Mr Ramen part 2

The next step was the bar tape, I originally looked at leather tape to match the new Brooks B17 narrow I got for my birthday. However leather tape is expensive and not all that durable, what I was looking for was something that was brown, not too expensive and durable. Brown coloured cork wasn't that easy to source locally and I couldn't find any that was dark enough to match the saddle. What I eventually stumbled upon was cloth tape coloured with shellac. I had seen pictures of it done before and didn't like the look initially, however it began to grow on me. I bought some warm yellow cloth tape and gave it a shot, cloth tape is quite cheap and very grippy - my personal preference is for less padding and a more direct touch, I really dislike overly padded cork.

I followed the Velo-orange guide to shellacing bar tape here:
The first coat was quite heavy and got soaked up by the cloth tape, this took a few hours to dry completely. The next few coats started to colour the yellow tape a slight brown colour, I started to get worried because the tape would develop a whitish pasty look about 10min after a coat of shellac. I just kept on applying more coats of shellac, until one coat it started to go a solid brown colour and had a nice gloss to it. Overall it took about 8 coats, the last few were within about 30mins of each other and very thin.

Little did I know this wouldn't be the last time I fiddled with the bar tape. However I was very happy with the finish, it is quite an unforgiving bar tape though - quite hard and unyielding although it is very grippy and super durable. If it gets scratched up you can just put more shellac on it quite easily.

A few weeks later whilst driving in my car I spotted a truck in front filled to the brim with scrap metal and a big pile of bikes. At the next red light I got out of my car and asked if I could go through it, he pulled over and let me climb in and pull out whatever I want as it was otherwise going to the tip. He only asked for $10 for his time, which was fine considering the haul I got. I found some vintage Sugino super mighty track cranks, Shimano 105 golden arrow cranks, some MKS pedals and a few bits and bobs.

Initially I thought they were Shimano 600 arabesque cranks, however on closer inspection and checking the model number stamped on the back, I discovered they were 105 Golden arrow, these are virtually identical to the 600 arabesque cranks, the only difference is the stamping on near the spindle hole, otherwise the fluting and forging look identical.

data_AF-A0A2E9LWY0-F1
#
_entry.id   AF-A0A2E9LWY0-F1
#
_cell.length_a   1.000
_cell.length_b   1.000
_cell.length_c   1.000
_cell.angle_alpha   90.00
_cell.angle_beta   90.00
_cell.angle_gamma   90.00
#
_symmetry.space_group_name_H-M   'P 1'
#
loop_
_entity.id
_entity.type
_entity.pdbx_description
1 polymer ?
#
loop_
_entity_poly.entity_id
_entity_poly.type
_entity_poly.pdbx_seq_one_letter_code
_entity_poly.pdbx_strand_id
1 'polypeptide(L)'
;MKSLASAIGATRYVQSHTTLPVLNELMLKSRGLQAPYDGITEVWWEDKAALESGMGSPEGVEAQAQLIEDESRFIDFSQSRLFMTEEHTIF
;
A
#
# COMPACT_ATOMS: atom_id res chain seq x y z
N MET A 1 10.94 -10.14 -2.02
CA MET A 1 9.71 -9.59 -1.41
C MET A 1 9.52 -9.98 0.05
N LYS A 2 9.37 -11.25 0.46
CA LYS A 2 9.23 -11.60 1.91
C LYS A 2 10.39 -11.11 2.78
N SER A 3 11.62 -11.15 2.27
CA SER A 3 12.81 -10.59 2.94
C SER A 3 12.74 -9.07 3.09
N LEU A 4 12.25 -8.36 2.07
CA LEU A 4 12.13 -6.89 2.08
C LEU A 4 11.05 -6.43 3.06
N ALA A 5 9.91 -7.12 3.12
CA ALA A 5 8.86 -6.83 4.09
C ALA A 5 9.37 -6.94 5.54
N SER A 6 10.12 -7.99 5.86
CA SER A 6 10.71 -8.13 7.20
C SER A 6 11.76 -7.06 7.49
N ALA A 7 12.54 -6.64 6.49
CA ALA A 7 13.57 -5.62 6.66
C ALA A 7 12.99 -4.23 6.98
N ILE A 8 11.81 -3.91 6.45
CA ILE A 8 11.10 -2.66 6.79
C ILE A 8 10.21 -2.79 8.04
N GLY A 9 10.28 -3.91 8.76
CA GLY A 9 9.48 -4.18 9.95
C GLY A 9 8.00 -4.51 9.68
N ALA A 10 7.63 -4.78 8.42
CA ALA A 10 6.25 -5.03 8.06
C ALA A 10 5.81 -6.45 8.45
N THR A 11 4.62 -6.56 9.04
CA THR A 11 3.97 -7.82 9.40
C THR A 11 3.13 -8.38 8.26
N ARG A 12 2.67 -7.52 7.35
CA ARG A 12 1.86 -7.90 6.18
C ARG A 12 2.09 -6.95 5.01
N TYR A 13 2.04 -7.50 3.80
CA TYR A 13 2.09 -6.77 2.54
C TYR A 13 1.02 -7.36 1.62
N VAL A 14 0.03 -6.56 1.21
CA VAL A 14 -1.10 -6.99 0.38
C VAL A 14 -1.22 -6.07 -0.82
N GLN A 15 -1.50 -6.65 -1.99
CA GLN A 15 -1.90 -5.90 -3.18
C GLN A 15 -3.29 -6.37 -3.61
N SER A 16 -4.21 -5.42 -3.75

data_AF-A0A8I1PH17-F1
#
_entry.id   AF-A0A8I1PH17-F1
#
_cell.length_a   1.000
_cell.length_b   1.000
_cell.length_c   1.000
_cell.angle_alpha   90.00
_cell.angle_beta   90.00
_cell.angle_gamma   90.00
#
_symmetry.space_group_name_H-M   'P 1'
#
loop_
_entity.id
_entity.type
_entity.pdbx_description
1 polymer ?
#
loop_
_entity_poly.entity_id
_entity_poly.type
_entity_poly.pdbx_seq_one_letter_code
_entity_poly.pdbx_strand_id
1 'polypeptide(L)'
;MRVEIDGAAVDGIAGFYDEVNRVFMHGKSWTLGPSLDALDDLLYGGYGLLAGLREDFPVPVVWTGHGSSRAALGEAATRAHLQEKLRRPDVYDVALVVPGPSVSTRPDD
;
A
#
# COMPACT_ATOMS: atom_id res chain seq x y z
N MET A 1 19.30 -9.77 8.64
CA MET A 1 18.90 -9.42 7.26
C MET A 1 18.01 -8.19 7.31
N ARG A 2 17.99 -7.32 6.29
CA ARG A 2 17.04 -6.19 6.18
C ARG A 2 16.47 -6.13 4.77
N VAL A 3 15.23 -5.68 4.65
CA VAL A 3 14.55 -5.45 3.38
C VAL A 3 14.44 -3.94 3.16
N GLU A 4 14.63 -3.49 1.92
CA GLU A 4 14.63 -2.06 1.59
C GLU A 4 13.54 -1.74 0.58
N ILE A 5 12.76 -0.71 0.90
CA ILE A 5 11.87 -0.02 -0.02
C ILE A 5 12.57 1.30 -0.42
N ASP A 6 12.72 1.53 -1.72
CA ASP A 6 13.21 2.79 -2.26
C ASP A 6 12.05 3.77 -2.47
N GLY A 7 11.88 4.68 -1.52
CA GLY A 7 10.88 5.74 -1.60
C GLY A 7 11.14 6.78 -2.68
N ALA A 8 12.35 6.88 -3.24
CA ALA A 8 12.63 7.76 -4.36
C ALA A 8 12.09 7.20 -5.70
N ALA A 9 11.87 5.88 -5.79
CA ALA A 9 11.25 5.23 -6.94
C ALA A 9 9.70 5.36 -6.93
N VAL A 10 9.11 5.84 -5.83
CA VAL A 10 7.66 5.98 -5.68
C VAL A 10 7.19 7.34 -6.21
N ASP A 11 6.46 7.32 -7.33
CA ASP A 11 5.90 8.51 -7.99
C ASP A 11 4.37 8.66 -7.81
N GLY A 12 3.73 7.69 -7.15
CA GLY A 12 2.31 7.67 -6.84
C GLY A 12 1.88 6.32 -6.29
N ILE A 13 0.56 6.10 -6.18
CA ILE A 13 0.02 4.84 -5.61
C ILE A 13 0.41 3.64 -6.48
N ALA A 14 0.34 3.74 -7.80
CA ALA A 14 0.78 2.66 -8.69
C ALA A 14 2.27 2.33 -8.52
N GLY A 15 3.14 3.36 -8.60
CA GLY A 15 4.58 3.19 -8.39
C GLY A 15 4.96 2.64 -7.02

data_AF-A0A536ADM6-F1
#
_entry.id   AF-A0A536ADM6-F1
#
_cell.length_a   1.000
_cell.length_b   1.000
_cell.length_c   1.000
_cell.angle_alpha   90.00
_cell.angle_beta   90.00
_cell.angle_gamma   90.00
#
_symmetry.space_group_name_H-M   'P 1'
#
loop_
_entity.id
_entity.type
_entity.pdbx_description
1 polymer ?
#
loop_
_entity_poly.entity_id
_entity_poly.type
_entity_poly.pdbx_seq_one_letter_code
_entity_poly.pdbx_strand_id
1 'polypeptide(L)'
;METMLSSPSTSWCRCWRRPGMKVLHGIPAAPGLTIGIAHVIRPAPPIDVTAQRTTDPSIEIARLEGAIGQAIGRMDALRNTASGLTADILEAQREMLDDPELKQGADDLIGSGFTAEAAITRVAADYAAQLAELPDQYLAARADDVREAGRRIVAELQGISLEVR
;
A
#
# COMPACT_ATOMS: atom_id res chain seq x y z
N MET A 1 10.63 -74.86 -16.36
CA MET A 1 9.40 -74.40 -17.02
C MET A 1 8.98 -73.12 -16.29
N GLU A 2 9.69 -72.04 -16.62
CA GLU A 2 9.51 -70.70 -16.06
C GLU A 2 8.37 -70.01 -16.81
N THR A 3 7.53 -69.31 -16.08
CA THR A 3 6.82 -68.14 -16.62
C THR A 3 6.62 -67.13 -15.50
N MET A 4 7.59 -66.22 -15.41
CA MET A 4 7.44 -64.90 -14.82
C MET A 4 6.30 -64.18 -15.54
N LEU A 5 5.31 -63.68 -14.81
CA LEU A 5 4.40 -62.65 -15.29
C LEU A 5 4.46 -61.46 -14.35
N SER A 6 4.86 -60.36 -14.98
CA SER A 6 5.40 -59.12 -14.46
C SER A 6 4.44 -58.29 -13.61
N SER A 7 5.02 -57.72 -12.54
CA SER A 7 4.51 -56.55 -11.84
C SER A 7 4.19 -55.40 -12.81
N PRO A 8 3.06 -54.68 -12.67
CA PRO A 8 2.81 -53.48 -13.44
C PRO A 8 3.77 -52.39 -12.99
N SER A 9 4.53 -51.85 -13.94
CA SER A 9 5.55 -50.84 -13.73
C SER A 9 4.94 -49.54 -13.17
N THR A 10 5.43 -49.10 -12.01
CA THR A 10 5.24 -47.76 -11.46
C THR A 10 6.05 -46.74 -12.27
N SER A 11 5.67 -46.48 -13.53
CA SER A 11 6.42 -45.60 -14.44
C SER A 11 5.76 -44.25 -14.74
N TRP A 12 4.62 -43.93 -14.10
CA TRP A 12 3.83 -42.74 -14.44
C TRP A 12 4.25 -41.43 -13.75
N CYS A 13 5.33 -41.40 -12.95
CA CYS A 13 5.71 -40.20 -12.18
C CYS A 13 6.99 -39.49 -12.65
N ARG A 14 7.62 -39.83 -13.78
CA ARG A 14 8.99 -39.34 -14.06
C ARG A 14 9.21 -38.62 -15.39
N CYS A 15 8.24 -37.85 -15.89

Once installed they looked positively beautiful, although I found the cranks a little flexy, hard pedalling would cause the chain to rub on the front derailleur cage.

Back to the bar tape, I found a guide on how to wrap harlequin bar tape, this is basically a like a plait pattern which you can do with alternating colours. I attempted it with yellow and coffee coloured cloth tape to get a two tone brown. Believe me, this harlequin pattern stuff requires a lot of patience... It took about 1 hour each side, I had to do it very slowly and repeat several sections to get it covering the bars completely with no gaps - then I had to make sure the spacing was similar from left to right. Then I had to shellac it... Still it was definitely worth the effort as it still draws looks from lots of people

Now with the bars done nicely I still had to take care of mudguards, intially I wanted to use the bike as more of a sport oriented bike, however it became more of a do it all. I chanced upon some really cheap mudguards and some bar end shifters at the Deus Ex Machina swapmeet. During my holiday in the UK I also picked up a Carradice Barley saddlebag. I had my eye on one of these for a while as I was after some light luggage capacity, I got sick of riding with a backpack.

I had never used a traditional style saddlebag before, but once I got it I fell in love with it. The bag has a tag inside which is signed by the person who made it in Nelson, England where they have been made since the 1930's - a nice little touch. The design itself is about that old too and has changed very little since then. The material it is made of is a waxed cotton which is waterproof and very hardy, the top of the bag has a dowel which has two leather straps which loop into bag loops on your saddle (only old style saddles tend to have these). Another strap at the base of the bag wraps around the seatpost, however I also purchased a bagman expedition support, this attaches to the seatpost rails and extends out to form a little shelf for the bag to sit on and prevent from rubbing on the tyre. These style saddlebags are somewhere inbetween panniers and miniature saddlepacks - you don't need a rack for one and they are much less bulky than panniers, although they typically can't carry as much and they also put the weight higher.

Anyway that's all for now, here's some photos with all the pimpin' bits.


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